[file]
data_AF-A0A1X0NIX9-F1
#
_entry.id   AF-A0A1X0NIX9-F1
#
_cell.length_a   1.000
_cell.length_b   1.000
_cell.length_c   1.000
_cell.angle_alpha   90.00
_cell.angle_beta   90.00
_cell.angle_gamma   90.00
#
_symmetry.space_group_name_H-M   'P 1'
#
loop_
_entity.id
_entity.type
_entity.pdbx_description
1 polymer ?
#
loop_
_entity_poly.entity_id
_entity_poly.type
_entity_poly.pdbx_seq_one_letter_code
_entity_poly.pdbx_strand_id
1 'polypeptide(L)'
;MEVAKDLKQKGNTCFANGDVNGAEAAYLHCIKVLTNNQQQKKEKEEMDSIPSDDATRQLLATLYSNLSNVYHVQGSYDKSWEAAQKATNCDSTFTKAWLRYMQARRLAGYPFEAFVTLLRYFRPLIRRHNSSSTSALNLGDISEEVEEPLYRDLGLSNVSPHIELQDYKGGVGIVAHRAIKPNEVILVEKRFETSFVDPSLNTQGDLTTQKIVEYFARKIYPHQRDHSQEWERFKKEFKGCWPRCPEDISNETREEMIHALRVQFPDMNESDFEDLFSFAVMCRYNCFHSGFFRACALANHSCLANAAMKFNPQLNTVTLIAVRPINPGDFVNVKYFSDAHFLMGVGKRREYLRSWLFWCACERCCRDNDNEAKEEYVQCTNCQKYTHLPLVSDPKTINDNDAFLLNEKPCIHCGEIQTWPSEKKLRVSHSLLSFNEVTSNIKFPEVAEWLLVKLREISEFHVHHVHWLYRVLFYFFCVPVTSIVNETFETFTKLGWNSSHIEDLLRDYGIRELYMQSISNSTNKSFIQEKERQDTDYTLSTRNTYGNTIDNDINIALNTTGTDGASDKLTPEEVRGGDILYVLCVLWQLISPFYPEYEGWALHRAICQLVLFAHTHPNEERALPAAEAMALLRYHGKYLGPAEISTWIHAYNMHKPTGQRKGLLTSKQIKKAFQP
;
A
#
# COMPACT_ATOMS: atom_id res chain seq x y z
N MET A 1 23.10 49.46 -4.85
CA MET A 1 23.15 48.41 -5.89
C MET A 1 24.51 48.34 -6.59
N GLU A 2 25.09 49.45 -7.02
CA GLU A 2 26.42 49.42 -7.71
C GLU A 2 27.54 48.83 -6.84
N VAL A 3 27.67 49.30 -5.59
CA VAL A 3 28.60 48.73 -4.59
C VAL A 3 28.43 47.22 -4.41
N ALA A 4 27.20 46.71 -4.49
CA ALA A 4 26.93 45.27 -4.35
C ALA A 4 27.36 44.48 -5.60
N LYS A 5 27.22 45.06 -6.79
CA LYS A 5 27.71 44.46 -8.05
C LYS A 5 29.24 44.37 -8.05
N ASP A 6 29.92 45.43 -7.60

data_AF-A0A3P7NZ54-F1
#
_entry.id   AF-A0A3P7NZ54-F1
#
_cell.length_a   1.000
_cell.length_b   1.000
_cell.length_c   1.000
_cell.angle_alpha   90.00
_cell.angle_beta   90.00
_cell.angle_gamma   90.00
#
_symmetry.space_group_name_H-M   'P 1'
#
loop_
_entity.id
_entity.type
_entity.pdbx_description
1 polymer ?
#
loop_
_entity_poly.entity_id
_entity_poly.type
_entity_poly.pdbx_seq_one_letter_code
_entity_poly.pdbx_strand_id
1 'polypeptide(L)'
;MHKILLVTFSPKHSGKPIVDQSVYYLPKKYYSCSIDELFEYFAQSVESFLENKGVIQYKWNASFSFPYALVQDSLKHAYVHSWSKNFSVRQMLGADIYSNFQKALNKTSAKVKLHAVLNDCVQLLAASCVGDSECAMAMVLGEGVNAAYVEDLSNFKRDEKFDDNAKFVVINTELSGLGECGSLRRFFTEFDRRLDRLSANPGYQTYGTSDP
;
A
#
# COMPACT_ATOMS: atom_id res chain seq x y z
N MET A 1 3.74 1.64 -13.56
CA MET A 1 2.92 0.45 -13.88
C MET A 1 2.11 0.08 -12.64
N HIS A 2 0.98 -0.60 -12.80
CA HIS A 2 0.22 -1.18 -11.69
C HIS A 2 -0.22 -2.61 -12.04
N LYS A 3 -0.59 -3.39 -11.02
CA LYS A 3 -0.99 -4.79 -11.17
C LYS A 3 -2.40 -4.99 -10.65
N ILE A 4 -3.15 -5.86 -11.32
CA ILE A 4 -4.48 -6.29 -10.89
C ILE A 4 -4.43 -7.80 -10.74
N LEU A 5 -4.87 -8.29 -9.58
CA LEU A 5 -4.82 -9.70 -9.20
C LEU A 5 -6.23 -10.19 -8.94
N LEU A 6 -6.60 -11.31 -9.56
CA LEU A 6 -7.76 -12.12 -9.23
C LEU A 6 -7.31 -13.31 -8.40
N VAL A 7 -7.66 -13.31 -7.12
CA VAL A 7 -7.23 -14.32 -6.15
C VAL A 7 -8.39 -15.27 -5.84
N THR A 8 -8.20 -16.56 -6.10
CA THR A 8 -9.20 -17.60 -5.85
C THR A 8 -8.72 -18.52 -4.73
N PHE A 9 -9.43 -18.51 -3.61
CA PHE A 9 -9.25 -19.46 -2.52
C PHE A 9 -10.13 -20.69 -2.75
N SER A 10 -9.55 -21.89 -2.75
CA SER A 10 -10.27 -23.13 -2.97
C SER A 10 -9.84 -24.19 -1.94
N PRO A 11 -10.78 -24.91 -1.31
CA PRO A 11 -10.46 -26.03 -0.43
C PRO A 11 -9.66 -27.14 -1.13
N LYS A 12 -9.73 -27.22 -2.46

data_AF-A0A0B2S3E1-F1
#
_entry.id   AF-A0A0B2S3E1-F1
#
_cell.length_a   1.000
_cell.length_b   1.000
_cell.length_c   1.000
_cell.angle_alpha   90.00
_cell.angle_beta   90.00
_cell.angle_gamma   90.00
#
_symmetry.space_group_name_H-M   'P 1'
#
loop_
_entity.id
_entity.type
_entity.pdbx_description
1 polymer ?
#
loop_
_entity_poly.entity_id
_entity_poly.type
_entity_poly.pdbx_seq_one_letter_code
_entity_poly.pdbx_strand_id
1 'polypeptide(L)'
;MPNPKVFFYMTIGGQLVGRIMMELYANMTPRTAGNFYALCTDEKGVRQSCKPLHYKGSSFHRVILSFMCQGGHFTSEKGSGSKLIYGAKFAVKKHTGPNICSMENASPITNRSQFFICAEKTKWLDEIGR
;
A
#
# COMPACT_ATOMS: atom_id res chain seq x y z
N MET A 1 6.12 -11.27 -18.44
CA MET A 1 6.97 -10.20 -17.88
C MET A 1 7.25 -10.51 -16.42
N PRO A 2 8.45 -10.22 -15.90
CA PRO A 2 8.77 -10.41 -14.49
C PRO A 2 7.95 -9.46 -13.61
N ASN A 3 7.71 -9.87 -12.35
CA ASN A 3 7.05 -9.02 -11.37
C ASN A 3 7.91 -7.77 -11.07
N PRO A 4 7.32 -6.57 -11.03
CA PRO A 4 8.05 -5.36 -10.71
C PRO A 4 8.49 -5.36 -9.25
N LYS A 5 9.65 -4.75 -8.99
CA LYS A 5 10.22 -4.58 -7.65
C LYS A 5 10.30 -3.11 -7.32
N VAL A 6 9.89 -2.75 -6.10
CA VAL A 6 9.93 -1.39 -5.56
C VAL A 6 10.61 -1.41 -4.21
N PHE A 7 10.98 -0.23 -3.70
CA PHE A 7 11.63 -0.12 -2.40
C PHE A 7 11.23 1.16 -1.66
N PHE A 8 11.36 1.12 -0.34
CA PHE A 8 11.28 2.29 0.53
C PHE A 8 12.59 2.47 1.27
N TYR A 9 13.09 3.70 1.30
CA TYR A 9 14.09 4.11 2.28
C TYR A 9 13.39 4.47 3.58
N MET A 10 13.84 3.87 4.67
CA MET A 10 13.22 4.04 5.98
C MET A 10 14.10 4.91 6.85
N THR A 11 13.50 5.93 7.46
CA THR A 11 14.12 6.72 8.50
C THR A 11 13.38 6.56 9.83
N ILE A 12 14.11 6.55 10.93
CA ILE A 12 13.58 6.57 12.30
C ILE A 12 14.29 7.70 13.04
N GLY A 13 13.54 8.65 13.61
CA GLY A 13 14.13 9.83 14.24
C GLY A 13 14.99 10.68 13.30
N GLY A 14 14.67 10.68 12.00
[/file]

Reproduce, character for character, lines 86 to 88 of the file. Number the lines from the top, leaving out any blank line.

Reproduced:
N ILE A 4 -3.15 -5.86 -11.32
CA ILE A 4 -4.48 -6.29 -10.89
C ILE A 4 -4.43 -7.80 -10.74